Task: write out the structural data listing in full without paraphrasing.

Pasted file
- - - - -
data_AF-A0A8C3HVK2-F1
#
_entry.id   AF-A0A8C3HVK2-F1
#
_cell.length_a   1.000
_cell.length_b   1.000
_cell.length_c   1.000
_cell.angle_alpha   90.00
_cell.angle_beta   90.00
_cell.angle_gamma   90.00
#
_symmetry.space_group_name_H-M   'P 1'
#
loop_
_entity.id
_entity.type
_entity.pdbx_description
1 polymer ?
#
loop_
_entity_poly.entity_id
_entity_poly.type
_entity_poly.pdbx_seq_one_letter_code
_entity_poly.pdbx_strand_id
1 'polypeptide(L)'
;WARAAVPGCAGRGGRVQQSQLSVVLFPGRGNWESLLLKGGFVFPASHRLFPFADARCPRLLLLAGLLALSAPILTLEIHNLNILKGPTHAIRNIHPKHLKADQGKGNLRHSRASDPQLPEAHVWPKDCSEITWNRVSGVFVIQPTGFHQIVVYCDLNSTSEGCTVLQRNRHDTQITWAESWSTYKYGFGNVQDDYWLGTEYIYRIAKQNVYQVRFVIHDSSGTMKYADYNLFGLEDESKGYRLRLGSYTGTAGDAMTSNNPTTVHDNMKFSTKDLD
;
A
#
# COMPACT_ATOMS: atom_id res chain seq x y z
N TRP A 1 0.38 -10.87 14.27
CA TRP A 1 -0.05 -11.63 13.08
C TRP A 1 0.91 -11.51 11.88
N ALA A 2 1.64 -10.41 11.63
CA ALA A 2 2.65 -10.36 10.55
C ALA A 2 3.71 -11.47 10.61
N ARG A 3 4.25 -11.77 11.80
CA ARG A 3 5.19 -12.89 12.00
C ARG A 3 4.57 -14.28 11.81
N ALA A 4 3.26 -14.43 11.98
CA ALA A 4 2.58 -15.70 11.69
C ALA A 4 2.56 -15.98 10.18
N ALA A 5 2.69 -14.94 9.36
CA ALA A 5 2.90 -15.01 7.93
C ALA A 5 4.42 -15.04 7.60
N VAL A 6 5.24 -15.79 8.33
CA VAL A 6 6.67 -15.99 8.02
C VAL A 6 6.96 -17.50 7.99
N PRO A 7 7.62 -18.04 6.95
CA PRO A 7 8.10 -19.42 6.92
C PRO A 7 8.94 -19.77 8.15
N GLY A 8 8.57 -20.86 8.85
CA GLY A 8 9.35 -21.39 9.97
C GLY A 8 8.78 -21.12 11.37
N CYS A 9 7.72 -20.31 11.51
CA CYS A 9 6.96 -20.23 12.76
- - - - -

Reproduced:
data_AF-A0A8C3HVK2-F1
#
_entry.id   AF-A0A8C3HVK2-F1
#
_cell.length_a   1.000
_cell.length_b   1.000
_cell.length_c   1.000
_cell.angle_alpha   90.00
_cell.angle_beta   90.00
_cell.angle_gamma   90.00
#
_symmetry.space_group_name_H-M   'P 1'
#
loop_
_entity.id
_entity.type
_entity.pdbx_description
1 polymer ?
#
loop_
_entity_poly.entity_id
_entity_poly.type
_entity_poly.pdbx_seq_one_letter_code
_entity_poly.pdbx_strand_id
1 'polypeptide(L)'
;WARAAVPGCAGRGGRVQQSQLSVVLFPGRGNWESLLLKGGFVFPASHRLFPFADARCPRLLLLAGLLALSAPILTLEIHNLNILKGPTHAIRNIHPKHLKADQGKGNLRHSRASDPQLPEAHVWPKDCSEITWNRVSGVFVIQPTGFHQIVVYCDLNSTSEGCTVLQRNRHDTQITWAESWSTYKYGFGNVQDDYWLGTEYIYRIAKQNVYQVRFVIHDSSGTMKYADYNLFGLEDESKGYRLRLGSYTGTAGDAMTSNNPTTVHDNMKFSTKDLD
;
A
#
# COMPACT_ATOMS: atom_id res chain seq x y z
N TRP A 1 0.38 -10.87 14.27
CA TRP A 1 -0.05 -11.63 13.08
C TRP A 1 0.91 -11.51 11.88
N ALA A 2 1.64 -10.41 11.63
CA ALA A 2 2.65 -10.36 10.55
C ALA A 2 3.71 -11.47 10.61
N ARG A 3 4.25 -11.77 11.80
CA ARG A 3 5.19 -12.89 12.00
C ARG A 3 4.57 -14.28 11.81
N ALA A 4 3.26 -14.43 11.98
CA ALA A 4 2.58 -15.70 11.69
C ALA A 4 2.56 -15.98 10.18
N ALA A 5 2.69 -14.94 9.36
CA ALA A 5 2.90 -15.01 7.93
C ALA A 5 4.42 -15.04 7.60
N VAL A 6 5.24 -15.79 8.33
CA VAL A 6 6.67 -15.99 8.02
C VAL A 6 6.96 -17.50 7.99
N PRO A 7 7.62 -18.04 6.95
CA PRO A 7 8.10 -19.42 6.92
C PRO A 7 8.94 -19.77 8.15
N GLY A 8 8.57 -20.86 8.85
CA GLY A 8 9.35 -21.39 9.97
C GLY A 8 8.78 -21.12 11.37
N CYS A 9 7.72 -20.31 11.51
CA CYS A 9 6.96 -20.23 12.76